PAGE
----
Why It’s Time to Get Over Fed Mania and Look at the Economy

Fed mania

Last week, the S&P 500 (SPY) rose to a record high. Trump tweeted last week, “Since Election Day 2016, Stocks up almost 50%, Stocks gained 9.2 Trillion Dollars in value, and more than 5,000,000 new jobs added to the Economy.” So far, barring a bad quarter here and there, the US economy has been doing reasonably well under Trump’s presidency. After strong growth last year, US economic growth surprised on the upside in the first quarter, rising more than 3%. However, over the last two months, economic data has shown signs of a slowdown.

Jobs data and PMI

Amid the escalation in the US-China trade war, the US economy added only 75,000 non-farm jobs last month, which was far below what analysts were expecting. On Friday, US IHS Markit Flash June manufacturing PMI came in at 50.1 as compared to 50.5 in May. June’s manufacturing PMI was at its lowest level in 117 months. In its report, IHS Markit said, “Anecdotal evidence suggested that heightened economic uncertainty had acted as a brake on staff hiring. Reflecting this, survey respondents indicated the lowest degree of optimism regarding the business outlook since this index began in July 2012.” Chris Williamson, the chief business economist at IHS Markit, noted, “Business activity edged closer to stagnation in June, expanding at the slowest rate since February 2016 and rounding off a second quarter in which the survey datapoint to the pace of economic expansion slipped to 1.4%.”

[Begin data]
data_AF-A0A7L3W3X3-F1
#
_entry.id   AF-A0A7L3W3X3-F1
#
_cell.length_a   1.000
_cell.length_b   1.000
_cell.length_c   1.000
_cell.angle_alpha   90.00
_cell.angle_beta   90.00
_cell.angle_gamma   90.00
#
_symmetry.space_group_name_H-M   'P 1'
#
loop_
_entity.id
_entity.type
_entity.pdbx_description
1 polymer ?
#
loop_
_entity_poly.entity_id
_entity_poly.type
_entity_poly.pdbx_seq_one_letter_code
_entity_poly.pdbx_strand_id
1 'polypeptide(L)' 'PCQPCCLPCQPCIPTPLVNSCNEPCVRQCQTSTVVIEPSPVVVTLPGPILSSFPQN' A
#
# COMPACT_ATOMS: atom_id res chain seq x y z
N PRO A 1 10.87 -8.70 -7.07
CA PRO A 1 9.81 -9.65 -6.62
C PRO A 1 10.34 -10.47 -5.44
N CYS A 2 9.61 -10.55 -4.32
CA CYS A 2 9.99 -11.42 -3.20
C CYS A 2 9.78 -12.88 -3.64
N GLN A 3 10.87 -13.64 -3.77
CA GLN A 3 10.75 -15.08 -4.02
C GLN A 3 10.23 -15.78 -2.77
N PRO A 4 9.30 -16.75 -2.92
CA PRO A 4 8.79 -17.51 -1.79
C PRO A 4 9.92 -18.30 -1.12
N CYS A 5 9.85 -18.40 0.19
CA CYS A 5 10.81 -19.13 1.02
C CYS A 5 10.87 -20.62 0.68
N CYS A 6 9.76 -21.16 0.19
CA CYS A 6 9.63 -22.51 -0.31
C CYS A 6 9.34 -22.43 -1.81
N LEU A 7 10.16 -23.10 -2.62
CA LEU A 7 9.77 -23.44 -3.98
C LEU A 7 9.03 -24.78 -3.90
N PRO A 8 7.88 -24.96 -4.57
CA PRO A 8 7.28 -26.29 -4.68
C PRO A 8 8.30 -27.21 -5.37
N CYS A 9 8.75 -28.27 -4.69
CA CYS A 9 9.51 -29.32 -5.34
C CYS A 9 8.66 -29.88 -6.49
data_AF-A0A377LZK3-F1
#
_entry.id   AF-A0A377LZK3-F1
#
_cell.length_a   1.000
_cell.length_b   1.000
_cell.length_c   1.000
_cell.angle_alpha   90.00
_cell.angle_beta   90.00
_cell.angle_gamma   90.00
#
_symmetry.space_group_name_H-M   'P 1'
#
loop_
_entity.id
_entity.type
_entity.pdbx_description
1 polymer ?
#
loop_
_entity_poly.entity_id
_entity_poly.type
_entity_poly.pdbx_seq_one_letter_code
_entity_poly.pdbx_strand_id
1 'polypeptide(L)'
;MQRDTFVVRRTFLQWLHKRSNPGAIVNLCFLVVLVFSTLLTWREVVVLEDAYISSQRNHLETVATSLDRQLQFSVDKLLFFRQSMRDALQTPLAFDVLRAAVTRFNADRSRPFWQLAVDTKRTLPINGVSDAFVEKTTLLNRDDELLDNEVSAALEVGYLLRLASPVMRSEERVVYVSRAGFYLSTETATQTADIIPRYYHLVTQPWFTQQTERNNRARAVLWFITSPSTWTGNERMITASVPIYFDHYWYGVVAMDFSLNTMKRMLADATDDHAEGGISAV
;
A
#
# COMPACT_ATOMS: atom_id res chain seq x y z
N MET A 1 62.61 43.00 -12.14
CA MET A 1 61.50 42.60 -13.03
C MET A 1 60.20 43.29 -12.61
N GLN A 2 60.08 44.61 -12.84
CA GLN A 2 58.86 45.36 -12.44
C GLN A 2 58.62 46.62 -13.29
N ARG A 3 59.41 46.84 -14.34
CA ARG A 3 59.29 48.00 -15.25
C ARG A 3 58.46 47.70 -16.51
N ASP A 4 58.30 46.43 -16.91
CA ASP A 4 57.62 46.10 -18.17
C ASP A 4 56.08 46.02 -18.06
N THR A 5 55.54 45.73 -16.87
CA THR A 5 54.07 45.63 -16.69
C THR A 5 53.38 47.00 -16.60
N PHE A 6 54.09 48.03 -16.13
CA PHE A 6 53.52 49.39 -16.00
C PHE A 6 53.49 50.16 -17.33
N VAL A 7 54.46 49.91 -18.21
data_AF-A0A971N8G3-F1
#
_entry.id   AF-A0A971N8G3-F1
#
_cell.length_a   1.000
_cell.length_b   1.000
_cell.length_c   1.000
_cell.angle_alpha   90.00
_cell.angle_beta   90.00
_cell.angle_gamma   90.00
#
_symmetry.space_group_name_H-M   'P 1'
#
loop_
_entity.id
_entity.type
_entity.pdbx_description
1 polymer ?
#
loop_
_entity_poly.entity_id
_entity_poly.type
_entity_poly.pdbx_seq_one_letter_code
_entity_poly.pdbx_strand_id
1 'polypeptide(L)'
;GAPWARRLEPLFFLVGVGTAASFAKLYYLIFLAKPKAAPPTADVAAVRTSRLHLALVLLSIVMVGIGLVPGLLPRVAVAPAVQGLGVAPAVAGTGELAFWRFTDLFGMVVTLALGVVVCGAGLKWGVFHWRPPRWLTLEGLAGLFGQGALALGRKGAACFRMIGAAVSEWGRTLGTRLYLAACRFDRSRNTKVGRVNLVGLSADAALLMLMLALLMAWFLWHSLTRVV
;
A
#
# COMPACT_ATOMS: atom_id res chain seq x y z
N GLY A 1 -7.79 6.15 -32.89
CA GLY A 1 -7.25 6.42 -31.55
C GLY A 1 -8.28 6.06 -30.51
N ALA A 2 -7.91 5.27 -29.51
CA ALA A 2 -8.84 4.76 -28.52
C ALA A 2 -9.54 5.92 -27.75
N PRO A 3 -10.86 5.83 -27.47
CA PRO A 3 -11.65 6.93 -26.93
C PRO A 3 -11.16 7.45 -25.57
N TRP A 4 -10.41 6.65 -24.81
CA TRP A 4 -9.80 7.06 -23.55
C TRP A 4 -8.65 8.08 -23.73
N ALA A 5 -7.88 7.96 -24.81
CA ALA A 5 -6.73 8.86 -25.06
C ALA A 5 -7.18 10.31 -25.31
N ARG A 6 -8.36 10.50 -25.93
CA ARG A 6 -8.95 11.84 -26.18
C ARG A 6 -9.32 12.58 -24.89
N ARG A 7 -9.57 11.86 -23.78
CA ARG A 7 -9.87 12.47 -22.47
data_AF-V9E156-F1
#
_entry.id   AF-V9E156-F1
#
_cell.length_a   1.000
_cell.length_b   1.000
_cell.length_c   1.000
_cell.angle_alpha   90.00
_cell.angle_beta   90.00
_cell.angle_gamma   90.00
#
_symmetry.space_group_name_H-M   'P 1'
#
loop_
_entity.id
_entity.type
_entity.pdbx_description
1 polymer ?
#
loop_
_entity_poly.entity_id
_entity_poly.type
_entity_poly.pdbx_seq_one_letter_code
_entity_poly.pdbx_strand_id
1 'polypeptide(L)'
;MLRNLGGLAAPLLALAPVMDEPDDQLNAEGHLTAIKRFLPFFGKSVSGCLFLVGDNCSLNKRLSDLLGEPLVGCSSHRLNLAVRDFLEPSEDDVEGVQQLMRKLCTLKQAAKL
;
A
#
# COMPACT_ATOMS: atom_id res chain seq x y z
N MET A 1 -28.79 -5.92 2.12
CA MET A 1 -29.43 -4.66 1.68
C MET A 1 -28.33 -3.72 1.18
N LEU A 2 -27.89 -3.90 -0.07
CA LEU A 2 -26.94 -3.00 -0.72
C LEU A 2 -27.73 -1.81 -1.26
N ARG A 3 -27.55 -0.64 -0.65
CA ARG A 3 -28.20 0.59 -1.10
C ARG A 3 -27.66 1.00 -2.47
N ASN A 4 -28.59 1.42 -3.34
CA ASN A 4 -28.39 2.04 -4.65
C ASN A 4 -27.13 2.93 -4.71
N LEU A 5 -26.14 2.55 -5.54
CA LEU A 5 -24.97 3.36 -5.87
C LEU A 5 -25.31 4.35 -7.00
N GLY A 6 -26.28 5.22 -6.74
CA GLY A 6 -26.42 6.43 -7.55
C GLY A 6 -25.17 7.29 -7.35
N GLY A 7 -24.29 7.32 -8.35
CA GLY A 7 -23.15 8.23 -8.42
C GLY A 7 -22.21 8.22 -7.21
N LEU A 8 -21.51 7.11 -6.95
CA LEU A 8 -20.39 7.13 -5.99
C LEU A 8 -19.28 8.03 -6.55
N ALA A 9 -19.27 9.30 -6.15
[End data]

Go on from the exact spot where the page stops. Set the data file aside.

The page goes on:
Growth slowdown

The Federal Reserve also referred to “uncertainties” and “modest growth” in its press release last week. Nonetheless, a dovish Fed helped markets, and the S&P 500 (SPY) climbed to a record high. Semiconductor stocks like Qualcomm (QCOM), Broadcom (AVGO), NVIDIA (NVDA), Intel (INTC), and Advanced Micro Devices (AMD) that came under pressure last month amid the Huawei saga have also bounced back in June. Based on June 21 closing prices, QCOM, AVGO, NVDA, INTC, and AMD have seen an upwards price action of 9.8%, 9.9%, 12.0%, 7.8%, and 6.2%, respectively, in June.